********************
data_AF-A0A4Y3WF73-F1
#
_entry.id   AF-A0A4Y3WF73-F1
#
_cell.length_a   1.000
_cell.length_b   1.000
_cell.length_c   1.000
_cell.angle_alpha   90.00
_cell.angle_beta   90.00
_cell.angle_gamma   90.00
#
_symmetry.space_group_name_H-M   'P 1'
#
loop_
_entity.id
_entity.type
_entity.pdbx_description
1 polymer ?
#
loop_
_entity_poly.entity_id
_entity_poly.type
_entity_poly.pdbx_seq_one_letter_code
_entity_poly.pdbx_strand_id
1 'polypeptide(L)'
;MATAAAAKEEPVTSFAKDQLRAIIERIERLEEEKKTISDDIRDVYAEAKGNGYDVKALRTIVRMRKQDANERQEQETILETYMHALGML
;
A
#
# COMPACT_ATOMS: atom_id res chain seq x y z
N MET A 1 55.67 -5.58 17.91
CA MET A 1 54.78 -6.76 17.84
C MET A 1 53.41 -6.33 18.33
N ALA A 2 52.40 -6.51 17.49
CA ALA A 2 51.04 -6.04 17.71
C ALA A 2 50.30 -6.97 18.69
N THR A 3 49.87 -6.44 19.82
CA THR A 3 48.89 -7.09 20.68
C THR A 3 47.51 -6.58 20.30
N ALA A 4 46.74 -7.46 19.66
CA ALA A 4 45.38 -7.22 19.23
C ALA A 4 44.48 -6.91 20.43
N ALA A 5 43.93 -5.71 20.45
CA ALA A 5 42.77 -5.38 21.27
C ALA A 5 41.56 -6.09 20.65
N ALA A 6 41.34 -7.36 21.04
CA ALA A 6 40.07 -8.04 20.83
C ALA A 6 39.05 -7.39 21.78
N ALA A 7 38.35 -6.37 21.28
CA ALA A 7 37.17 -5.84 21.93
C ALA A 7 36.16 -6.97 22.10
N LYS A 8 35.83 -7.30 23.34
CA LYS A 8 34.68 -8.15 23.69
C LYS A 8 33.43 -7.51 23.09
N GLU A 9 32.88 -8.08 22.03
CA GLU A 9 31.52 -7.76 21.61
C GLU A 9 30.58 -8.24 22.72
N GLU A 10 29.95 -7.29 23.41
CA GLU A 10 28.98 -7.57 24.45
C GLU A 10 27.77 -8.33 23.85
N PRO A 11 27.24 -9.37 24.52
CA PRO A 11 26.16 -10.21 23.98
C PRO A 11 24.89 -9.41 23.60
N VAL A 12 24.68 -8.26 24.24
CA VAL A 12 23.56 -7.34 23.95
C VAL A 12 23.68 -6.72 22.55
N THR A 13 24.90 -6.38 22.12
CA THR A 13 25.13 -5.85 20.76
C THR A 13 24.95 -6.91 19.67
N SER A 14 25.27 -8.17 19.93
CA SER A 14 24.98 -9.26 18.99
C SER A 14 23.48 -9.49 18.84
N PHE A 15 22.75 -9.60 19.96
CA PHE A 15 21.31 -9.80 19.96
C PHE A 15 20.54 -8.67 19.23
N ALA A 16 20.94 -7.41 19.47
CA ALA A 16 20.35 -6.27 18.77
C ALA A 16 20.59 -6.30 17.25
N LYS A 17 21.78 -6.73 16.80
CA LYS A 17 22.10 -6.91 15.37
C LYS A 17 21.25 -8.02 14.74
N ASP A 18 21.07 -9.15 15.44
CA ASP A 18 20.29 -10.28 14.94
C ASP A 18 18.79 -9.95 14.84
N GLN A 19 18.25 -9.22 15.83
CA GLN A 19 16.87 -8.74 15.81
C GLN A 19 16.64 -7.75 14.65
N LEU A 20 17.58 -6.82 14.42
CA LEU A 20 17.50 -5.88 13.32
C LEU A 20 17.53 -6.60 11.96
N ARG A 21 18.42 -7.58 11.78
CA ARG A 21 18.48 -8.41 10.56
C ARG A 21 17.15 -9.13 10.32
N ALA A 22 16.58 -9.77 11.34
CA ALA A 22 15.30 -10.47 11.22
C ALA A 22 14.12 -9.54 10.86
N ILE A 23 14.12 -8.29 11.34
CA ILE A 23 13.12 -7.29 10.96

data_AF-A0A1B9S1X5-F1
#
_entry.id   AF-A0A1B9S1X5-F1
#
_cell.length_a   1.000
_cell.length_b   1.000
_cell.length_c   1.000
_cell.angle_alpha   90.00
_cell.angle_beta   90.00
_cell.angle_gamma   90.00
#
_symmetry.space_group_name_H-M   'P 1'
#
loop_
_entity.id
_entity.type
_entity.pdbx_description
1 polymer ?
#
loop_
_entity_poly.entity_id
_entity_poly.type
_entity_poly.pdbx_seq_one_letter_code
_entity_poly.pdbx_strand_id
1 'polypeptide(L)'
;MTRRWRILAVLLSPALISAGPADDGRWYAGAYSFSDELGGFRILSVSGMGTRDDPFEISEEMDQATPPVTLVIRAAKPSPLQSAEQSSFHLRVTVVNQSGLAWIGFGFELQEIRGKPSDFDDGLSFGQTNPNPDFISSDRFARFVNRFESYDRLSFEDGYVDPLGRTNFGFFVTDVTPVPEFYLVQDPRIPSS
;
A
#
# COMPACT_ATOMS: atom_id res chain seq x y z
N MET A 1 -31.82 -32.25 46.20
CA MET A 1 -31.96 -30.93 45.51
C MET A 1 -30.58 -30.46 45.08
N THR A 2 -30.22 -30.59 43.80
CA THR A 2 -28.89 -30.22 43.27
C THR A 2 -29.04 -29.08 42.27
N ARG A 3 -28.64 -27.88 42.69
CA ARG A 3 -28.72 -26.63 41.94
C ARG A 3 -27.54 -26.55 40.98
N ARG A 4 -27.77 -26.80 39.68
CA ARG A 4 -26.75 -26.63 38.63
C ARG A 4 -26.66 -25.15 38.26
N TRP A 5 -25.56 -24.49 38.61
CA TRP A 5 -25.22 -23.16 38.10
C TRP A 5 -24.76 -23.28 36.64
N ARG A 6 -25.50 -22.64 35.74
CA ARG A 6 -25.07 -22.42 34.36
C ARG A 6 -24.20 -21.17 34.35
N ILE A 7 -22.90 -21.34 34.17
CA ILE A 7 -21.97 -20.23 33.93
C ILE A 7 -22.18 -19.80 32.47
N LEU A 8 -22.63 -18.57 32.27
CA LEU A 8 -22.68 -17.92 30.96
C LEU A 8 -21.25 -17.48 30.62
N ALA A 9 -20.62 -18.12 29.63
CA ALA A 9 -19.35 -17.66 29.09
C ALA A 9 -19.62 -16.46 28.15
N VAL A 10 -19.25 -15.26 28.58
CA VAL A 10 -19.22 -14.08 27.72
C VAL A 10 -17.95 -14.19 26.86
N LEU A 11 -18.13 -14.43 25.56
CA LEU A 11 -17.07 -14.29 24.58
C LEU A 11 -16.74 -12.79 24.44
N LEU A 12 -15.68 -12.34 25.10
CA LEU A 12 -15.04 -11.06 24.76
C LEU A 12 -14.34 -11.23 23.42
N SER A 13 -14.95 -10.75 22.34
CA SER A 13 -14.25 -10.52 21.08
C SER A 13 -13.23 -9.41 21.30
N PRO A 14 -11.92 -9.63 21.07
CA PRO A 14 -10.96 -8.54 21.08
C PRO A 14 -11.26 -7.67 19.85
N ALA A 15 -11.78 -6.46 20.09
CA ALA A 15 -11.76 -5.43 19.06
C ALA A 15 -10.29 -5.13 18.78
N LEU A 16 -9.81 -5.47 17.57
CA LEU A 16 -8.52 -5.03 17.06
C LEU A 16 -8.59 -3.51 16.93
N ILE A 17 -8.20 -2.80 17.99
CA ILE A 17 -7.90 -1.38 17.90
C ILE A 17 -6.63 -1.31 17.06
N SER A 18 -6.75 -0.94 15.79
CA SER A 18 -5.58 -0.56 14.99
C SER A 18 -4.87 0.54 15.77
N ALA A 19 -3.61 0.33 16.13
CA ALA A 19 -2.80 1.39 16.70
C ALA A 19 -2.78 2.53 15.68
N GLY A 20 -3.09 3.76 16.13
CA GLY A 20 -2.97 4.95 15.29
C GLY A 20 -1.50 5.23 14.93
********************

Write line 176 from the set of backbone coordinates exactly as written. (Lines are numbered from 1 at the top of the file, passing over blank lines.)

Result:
C LEU A 16 -8.59 -3.51 16.93